Customer marketing: The secret behind sustainable business growth
- Most companies spend the majority of their marketing budgets on acquiring new customers. But, if your new customers don’t stick around, you’ll be soon out of business.
- One growth strategy that works well for companies like Amazon and Apple is customer marketing. They use it to create brand advocates and build long-term relationships with their customers.
- Here, we explain what customer marketing is and how it differs from traditional marketing. We’ve also included 3 strategies to help you get started on your journey towards sustainable business growth.
You have product/market fit and you’ve launched your first product.
Now you need customers. This is step one in growing your business.
You hire sales reps, invest in new marketing channels and focus on providing good customer service.
It’s all going great…
…But then you hit a slump. New customers sign up, but they’re not sticking around.
The cost per acquisition is increasing, and churn rates skyrocket. What you’re left with is a leaky bucket syndrome – and that’s an expensive problem, which is why the second growth phase in any business is to keep existing customers.
The only downside?
This isn’t a quick fix, as it requires a shift in your entire mindset.
Rather than a transaction-based approach to B2B sales (which you’re used to), you need to switch to a relationship-based model. Meaning that instead of focusing on new customers, you’re building your organization around long-term customers and repeat business.
SaaS companies have been quick to adopt the relationship-based approach through the recurring revenue model, where customers can choose to pay between an annual fee (ARR) or a monthly fee (MRR) for goods and services.
This is known today as the subscription economy and plays an important role in helping businesses grow more sustainably. In fact, focusing on existing customers has a huge impact on your bottom line, for example:
- Acquisition: Acquiring a new customer is 5 times more expensive than retaining an existing customer. By focusing on existing customers, you also lower your marketing costs.
- Retention: Improving customer retention rates by as little as 5% can increase profits between 25% and 95%. Even a small increase in retention has a huge impact on growth.
- Revenue: The success rate of selling to a new customer is between 5-20%. Yet, the likelihood of selling to an existing customer is as high as 60-70%. It’s far more cheaper (and easier) to cross-sell and up-sell products and services to existing customers.
So, what’s the secret to maintaining subscription revenues, building long-term relationships and retaining existing customers?
It’s customer marketing.
Customer marketing is designed to help you communicate and engage with your customer base. With customer marketing, your customers get the most value out of your products and, in turn, remain in business with you for the long-term.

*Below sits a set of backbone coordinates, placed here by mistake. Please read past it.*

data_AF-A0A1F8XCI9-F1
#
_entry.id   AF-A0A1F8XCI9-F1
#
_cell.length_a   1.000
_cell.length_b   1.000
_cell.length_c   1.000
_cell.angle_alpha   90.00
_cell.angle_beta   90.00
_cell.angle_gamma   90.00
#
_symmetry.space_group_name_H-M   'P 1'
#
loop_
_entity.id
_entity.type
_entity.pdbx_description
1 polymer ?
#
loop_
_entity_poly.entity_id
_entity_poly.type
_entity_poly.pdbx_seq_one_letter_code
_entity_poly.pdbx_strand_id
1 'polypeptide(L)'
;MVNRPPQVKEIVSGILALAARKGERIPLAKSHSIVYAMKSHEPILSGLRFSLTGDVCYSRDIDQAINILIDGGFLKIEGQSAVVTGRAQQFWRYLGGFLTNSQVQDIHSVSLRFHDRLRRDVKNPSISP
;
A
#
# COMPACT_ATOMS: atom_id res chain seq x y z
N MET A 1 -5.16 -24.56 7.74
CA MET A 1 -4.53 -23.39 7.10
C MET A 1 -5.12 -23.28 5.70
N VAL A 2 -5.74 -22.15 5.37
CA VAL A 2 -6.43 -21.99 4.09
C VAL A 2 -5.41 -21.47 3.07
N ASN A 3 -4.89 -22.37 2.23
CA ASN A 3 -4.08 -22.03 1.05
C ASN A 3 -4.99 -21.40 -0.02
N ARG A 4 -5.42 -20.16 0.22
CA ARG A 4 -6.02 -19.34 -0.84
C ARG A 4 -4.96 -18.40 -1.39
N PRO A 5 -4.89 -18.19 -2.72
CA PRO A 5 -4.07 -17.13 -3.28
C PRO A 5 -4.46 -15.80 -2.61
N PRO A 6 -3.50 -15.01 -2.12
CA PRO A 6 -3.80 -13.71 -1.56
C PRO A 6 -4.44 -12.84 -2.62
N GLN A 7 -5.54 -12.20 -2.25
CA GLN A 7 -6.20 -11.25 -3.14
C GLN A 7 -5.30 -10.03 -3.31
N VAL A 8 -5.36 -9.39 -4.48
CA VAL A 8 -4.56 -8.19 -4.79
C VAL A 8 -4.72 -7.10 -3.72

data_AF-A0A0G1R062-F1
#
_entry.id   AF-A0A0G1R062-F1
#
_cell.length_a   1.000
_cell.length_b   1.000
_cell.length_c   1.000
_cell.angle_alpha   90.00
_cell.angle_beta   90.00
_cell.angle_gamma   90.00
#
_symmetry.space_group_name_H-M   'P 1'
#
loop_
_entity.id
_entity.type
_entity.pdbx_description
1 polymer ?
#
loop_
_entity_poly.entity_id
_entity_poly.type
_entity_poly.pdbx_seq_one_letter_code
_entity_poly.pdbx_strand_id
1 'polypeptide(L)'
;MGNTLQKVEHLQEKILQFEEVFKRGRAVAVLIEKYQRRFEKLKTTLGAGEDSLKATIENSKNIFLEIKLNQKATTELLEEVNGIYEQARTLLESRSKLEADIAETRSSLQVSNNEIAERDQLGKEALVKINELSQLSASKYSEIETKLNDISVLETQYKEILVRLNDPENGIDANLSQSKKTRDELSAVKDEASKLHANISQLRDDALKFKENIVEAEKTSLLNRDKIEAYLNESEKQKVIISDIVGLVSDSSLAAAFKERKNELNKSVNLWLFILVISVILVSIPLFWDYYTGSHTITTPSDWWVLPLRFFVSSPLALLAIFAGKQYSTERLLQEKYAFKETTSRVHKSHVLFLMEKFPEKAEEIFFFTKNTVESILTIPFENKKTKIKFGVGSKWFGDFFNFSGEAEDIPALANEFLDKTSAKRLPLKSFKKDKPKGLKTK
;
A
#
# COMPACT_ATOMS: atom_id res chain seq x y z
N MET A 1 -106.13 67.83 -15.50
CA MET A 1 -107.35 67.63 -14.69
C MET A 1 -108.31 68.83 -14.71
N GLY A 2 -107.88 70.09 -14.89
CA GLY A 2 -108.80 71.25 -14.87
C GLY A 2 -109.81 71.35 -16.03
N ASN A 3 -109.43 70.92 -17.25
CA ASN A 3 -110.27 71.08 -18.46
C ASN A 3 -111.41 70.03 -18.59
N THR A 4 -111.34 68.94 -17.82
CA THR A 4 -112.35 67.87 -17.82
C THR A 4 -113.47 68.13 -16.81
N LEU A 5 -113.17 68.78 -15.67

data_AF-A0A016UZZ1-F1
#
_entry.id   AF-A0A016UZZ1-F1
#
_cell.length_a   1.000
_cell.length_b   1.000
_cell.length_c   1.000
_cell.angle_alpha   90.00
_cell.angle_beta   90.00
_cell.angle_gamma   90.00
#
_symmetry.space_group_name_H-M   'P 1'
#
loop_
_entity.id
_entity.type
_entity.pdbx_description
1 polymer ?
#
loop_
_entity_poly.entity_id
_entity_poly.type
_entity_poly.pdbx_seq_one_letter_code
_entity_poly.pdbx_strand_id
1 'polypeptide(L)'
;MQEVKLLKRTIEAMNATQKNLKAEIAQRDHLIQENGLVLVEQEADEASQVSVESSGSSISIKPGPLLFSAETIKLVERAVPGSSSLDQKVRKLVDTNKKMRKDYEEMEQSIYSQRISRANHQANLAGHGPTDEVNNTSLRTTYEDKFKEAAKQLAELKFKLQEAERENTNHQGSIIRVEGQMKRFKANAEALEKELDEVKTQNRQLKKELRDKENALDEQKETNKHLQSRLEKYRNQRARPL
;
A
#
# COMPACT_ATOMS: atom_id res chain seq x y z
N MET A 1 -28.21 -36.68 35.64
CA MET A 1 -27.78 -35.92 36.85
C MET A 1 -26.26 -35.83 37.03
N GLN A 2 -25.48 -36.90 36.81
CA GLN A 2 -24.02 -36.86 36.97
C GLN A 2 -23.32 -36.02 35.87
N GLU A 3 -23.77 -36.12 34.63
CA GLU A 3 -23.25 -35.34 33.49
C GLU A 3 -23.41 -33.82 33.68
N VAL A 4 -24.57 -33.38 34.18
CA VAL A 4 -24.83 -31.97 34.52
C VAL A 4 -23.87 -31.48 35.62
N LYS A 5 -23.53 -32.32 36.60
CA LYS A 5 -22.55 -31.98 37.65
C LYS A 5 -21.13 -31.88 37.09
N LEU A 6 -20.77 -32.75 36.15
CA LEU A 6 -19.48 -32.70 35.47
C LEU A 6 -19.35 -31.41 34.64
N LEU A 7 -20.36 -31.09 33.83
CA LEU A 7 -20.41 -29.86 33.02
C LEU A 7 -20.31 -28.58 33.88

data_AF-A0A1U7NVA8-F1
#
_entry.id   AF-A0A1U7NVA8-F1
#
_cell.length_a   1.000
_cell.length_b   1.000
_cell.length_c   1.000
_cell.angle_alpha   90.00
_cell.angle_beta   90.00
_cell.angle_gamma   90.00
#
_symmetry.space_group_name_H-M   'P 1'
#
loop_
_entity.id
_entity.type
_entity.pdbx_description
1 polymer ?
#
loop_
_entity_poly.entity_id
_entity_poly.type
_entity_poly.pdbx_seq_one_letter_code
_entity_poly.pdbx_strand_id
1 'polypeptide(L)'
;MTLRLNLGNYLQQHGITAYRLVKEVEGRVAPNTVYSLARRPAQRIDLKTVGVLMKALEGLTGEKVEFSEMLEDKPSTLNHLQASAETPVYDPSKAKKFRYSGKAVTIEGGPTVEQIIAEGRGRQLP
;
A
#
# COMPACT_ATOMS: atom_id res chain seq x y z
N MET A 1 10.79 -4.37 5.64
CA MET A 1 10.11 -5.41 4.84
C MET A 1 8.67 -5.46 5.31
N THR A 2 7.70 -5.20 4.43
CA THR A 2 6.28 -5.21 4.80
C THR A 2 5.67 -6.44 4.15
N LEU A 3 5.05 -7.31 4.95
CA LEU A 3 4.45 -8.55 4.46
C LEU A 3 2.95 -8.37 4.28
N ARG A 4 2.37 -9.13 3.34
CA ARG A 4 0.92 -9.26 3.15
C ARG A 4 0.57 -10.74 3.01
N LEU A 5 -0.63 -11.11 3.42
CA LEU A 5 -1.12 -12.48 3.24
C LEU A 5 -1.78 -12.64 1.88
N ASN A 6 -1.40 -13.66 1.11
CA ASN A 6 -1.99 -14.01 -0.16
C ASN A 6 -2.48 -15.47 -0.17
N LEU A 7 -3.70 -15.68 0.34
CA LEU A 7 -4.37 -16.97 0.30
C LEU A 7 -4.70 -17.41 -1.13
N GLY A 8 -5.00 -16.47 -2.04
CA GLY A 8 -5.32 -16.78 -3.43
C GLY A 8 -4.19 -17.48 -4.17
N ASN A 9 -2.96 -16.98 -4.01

Customer marketing was pioneered more than a decade ago after the first wave of SaaS companies experienced high levels of churn. By changing their approach to grow and develop customers over time, rather than letting them churn, these companies were able to improve retention rates – leading to a rapid increase in revenue and profits.
But customer marketing isn’t a one-off isolated activity. It encompasses the entire post-purchase process of the customer journey, with a focus on building quality relationships with customers through adoption, retention, expansion and advocacy.
- Adoption: The first (and most important) step in the post-purchase process is for the customer to adopt your product. There are several strategies you can use to weave your product into their routines, including automated onboarding, in-app messaging, product training and online resources.
- Retention: Businesses lose as much as $1.6 trillion per year due to churn, and the average cost of losing a single B2B customer is $243. The most popular strategies for retaining your customers include account-based management, self-service support and improving your product offering. Always go the extra mile to keep your customers happy.
- Expansion: Did you know that the average customer spends 67% more in their third year as a customer than they do during their first year? Once you have retained them, it’s important to invest in expanding the lifetime value of their account. You can achieve this through product upgrades and introducing complementary products or services to enhance their experience with you.
- Advocacy: The cost of digital advertising is growing faster than inflation, and at least 30% of internet users have ad blockers installed – preventing your ads appearing on their browser. This means you need to think differently about how you attract new customers. Traditional forms of advertising might not be as effective as they once were.
Above all, creating a positive customer experience will help build brand advocates, which you can use to attract new business through the word-of-mouth marketing – and that’s great news for your business.